Strategies and Steps to Eliminate Secondhand Smoke in Your Apartment
See Live Smoke Free's fact sheet Smoked Out of Your Apartment for more suggestions on eliminating secondhand smoke in your apartment (opens as a pdf in a new window).
Step One: Document the Problem
- Determine the source of the secondhand smoke.
- When do you smell smoke: all the time, only in the evening or morning?
- Where is the smoke entering your unit?
- Where do you think it is coming from?
- Keep a log of when and where you smell smoke.
- Make a list of the solutions you've tried already.
- What steps have you taken?
- Fans, air fresheners, and other “smoke eaters” will only mask the problem, but trying some temporary solutions might help you illustrate the situation to your landlord.
- Talk with your neighbors.
- Are your nonsmoking neighbors experiencing the same problem? Will they talk to the landlord with you?
- If you feel comfortable doing so, consider talking to your smoking neighbor and voicing your concerns. Focus on solutions, such as asking them to smoke outside and away from the building.
- Keep track of all symptoms and illnesses.
- Document any health problems you and your family are experiencing as a result of secondhand smoke in your apartment.
- Health problems may include ear infections, sore throats, asthma attacks, and bronchitis.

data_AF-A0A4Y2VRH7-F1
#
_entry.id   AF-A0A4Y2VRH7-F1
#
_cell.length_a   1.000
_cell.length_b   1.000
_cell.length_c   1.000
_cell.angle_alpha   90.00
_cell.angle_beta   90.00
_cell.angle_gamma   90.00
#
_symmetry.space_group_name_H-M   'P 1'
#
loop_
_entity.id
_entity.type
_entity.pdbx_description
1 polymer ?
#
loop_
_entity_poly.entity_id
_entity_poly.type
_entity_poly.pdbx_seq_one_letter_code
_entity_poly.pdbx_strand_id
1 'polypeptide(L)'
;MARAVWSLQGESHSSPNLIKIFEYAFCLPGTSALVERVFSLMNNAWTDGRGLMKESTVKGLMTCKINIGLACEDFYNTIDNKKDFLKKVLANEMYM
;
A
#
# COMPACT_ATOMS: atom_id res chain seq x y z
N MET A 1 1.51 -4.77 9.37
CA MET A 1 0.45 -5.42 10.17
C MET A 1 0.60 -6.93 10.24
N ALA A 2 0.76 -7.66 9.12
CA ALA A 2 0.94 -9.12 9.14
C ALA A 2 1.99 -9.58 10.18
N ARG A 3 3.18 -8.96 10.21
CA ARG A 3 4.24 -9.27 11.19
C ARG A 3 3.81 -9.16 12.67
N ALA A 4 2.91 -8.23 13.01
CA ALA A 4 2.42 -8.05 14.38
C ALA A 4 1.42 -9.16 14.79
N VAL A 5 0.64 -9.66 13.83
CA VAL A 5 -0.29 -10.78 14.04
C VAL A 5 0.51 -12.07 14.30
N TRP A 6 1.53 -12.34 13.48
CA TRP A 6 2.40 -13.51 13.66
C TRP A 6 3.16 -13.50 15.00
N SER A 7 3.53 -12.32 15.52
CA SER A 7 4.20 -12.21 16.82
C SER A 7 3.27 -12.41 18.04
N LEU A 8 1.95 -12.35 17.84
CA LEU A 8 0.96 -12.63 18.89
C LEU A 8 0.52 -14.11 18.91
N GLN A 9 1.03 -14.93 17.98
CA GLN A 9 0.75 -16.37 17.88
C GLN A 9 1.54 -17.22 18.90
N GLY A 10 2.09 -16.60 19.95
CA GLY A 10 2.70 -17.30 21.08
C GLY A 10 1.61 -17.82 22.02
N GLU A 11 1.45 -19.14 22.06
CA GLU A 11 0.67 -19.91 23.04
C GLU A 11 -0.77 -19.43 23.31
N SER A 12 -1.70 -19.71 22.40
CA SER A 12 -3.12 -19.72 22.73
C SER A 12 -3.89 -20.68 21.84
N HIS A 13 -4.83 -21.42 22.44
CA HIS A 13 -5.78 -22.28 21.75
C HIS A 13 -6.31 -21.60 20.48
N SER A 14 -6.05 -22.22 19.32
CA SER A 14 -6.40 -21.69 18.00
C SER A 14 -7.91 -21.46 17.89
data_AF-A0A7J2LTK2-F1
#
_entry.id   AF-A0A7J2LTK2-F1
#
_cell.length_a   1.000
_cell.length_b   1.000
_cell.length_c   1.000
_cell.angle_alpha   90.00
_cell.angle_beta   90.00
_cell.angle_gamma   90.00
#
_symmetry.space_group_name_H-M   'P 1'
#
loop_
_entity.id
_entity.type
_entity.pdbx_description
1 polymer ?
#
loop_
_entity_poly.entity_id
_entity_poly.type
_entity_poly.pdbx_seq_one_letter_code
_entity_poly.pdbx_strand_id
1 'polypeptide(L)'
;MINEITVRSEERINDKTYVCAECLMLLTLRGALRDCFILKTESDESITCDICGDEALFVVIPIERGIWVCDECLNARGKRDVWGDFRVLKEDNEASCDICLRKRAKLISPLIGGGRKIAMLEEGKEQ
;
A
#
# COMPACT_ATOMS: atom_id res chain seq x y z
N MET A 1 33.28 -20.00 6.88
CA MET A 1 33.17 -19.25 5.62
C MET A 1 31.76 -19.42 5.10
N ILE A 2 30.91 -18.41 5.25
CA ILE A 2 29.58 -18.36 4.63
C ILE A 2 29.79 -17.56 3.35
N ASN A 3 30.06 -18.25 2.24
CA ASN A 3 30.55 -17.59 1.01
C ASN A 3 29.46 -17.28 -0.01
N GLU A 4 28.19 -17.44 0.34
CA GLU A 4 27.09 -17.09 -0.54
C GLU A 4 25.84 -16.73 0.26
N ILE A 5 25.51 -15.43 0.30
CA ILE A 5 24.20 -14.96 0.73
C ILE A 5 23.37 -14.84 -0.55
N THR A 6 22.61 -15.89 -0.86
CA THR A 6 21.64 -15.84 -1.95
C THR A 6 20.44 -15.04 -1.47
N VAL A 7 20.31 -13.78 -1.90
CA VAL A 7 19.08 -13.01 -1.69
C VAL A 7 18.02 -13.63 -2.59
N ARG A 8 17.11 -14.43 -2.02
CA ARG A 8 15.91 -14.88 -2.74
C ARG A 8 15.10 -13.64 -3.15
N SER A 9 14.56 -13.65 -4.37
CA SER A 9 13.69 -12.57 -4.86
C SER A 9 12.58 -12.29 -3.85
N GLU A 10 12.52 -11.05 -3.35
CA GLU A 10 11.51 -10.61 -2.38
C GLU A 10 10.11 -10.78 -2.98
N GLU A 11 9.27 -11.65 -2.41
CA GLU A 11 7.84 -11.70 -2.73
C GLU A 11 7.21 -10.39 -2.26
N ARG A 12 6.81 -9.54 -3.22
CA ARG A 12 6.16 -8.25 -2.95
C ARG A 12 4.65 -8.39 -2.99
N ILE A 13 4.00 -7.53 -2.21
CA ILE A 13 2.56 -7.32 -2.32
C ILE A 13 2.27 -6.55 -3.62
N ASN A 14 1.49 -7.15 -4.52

- Ask your health care provider to write a letter stating that the secondhand smoke causes your family to be sick.
Step Two: Talk to Your Building Management
- Write a letter to your building manager or landlord.
- Explain your problem and offer solutions.
- If appropriate, include a copy of a letter from your doctor explaining your health problems.
- Keep copies of any correspondence.
- Follow up by approaching your landlord to discuss the situation.
- Be positive, polite, and stick to the issue.
- Ask to work together to solve the problem instead of getting angry or yelling.
- Offer solutions.
- Work with your landlord and offer to help think of or implement some solutions.
- Solutions could include conducting a resident survey, holding a residents' meeting, relocating to a different part of the building, or ending your lease early to find a smoke-free building.
- Provide information.
- Give your landlord information on the dangers of being exposed to secondhand smoke.
- Explain the benefits of having a smoke-free building.
- Emphasize that building owners can legally make their buildings smoke free.
- For HUD (Housing and Urban Development) units, point out that changing “House Rules” may be easier to accomplish than making a formal lease change.
- Suggest that smoke-free units can be established.
- For current renters, a smoke-free policy can be signed during each renter's lease renewal.
- New renters can start off smoke free.
Step Three: Work with an Outside Authority
- Contact Live Smoke Free
- Live Smoke Free can provide you with information, help you write letters, or suggest further steps to take.
- Consider contacting the following:
- Share your story.
- Research your legal rights.
- Read about some of your rights on the Tenants' Legal Rights page
- Live Smoke Free has a directory of legal aid services that you may qualify for. If you have questions about the services in this directory, contact Live Smoke Free
- Search for an attorney at www.lawhelpmn.org, which is an online directory to legal resources for low-income Minnesotans.